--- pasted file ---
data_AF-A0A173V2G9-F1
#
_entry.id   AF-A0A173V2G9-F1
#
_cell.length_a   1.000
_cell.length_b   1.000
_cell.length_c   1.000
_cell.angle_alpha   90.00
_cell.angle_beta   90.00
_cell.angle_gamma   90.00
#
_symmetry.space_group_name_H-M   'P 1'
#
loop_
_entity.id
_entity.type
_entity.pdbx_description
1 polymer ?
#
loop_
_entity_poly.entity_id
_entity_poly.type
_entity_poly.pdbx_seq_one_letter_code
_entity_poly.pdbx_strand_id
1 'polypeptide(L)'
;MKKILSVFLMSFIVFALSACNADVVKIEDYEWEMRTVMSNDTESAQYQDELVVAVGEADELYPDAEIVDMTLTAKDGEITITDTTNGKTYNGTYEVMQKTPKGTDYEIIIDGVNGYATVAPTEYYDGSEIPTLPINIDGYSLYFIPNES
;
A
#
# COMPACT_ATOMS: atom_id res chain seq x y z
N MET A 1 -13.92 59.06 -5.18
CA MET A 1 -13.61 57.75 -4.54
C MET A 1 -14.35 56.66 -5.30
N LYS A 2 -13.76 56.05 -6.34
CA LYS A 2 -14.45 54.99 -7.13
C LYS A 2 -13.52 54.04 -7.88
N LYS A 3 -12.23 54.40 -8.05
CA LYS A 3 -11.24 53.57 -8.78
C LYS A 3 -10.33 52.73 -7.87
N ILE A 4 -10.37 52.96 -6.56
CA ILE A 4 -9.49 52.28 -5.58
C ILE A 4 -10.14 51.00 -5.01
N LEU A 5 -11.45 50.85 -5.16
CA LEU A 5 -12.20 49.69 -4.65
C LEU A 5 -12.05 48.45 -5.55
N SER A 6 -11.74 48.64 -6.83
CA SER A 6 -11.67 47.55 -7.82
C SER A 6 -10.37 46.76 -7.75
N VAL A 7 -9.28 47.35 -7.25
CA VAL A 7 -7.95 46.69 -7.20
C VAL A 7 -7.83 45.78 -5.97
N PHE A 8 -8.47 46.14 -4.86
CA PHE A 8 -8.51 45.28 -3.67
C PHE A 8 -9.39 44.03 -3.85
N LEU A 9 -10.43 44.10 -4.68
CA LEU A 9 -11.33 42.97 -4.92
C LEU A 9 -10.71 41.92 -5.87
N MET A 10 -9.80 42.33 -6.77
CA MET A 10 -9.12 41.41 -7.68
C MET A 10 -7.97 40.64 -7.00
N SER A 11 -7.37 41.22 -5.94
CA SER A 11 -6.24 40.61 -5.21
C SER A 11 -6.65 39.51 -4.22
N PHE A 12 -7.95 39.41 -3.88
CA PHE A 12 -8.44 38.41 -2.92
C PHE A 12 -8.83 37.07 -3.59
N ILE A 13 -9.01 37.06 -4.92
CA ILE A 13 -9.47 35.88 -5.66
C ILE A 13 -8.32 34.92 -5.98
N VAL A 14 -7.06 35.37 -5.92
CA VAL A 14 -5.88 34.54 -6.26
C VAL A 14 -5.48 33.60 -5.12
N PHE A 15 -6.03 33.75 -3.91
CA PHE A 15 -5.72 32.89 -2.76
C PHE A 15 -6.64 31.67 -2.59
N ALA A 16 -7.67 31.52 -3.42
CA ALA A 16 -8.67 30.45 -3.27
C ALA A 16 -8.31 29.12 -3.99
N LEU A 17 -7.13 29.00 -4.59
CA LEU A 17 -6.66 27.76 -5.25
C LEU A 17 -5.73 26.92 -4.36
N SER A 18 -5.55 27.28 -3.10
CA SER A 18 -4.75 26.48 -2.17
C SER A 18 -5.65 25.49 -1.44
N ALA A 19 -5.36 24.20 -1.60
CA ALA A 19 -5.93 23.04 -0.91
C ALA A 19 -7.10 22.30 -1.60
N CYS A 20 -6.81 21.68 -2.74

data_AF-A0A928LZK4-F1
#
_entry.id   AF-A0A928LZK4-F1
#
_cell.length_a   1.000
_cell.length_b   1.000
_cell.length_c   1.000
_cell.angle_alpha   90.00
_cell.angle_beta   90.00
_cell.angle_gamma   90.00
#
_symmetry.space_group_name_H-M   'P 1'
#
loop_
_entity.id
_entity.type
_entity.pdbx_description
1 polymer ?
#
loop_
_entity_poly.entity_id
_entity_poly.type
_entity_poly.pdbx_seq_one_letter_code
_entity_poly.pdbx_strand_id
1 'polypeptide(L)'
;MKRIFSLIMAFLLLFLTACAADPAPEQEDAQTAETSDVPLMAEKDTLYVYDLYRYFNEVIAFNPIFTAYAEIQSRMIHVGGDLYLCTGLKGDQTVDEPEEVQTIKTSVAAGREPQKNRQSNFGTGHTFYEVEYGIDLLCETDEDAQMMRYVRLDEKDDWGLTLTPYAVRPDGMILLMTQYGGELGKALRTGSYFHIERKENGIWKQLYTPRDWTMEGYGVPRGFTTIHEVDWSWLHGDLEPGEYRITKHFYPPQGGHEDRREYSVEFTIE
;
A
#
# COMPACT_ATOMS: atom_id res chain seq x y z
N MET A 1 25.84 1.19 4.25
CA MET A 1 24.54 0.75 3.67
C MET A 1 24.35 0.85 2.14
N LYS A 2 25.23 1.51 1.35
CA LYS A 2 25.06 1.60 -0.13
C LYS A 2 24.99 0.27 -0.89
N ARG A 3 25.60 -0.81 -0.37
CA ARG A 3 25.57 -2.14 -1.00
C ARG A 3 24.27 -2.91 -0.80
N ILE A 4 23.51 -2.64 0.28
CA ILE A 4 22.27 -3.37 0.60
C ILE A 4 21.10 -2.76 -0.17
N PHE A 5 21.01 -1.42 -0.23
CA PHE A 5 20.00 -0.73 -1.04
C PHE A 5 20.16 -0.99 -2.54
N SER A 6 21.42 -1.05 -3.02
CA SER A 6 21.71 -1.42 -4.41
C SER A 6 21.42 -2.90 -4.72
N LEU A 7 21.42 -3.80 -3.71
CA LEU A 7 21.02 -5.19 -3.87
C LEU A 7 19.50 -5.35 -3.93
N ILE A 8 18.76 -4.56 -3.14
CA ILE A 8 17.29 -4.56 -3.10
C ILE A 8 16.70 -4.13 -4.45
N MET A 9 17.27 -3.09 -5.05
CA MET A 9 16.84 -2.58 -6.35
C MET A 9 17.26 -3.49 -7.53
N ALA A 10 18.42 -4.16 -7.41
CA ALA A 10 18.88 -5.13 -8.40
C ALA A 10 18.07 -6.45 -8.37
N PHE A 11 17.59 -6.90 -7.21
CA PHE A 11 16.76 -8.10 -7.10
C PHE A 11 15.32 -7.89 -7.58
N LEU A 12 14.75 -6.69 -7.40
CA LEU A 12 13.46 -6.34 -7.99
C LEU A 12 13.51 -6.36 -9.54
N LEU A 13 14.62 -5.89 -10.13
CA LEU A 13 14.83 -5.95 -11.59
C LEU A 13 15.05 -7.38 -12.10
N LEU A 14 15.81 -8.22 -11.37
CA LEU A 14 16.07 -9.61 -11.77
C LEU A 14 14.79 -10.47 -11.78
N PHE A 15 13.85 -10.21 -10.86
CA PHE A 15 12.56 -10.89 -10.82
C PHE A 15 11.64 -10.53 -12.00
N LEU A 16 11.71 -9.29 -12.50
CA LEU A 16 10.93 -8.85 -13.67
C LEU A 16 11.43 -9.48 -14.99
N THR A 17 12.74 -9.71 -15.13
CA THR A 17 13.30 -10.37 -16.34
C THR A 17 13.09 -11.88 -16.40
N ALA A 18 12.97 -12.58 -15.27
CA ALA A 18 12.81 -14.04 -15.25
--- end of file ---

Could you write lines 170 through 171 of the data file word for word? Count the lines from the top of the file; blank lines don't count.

N ALA A 18 12.97 -12.58 -15.27
CA ALA A 18 12.81 -14.04 -15.25